Industry News

Performing Right Society sued by songwriters

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A group of UK songwriters and composers has initiated a court action against their own management organisation the Performing Right Society (PRS).

The move is an attempt to overhaul the implementation of procedures and policies which the group claims are prejudicial to the interests of PRS members.

The issue that the writers are most concerned about is the right of musicians and publishers to directly license live public performance rights.

They state that the measures that the PRS is looking to impose suggests that it would rather money earned by UK writers goes to overseas performing rights organisation members instead.

“From a theoretical or academic perspective, the efficiencies of collective rights management make perfect sense for songwriters and composers,” read a statement from the claimants in the legal action.

“However, PRS has strayed significantly from the principles on which it was founded 110 years ago, to the point that the organisation’s policies no longer appear to be operating in the best interests of its members.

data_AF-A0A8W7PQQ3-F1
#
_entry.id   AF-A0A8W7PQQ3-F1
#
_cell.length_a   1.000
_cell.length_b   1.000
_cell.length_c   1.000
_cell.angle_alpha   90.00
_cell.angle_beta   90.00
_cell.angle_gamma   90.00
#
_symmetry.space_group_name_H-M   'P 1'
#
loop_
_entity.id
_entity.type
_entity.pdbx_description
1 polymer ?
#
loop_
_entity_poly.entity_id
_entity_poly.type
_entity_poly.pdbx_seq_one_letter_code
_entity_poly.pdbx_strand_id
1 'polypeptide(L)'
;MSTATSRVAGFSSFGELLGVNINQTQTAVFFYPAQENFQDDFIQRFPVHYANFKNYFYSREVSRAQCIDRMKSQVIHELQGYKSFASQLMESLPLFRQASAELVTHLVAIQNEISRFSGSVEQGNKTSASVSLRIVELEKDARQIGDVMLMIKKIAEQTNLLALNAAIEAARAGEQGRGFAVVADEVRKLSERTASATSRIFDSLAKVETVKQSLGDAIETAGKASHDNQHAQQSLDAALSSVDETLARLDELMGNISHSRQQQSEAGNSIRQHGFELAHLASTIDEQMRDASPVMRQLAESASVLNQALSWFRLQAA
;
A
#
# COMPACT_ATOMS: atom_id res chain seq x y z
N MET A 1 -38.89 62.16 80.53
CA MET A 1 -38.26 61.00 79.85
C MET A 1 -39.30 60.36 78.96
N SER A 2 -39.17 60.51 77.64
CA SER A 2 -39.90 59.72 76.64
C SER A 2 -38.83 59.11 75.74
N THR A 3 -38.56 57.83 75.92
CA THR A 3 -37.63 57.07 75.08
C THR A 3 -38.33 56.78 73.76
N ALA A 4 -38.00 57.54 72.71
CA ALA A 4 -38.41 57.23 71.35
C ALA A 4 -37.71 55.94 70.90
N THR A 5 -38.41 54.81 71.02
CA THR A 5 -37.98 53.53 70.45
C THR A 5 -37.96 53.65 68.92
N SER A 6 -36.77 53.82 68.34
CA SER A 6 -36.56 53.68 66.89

“PRS members are treated as second-class citizens in their own organisation.

“Regretfully, after years of PRS refusing to discuss or constructively engage with these issues – including the withdrawal of Live Performance rights, the lack of transparency around international deductions, and the operation of the Major Live Concert Service – we have been left with no option but to seek redress through the courts.”

The group has demanded that the PRS either introduces reforms that empower writers and publishers or it spends “yet more of the members’ money on legal costs”.

The writers say that the implementation of the Major Live Concert Service, which gives preferential conditions to rightsholders, is in conflict with PRS’ obligations as a collective management organisation.

The PRS has faced similar conflict before, most notably in 1994 when Irish rock band U2 launched legal action to challenge its “anti-competitive and restrictive behaviour” on the same matter.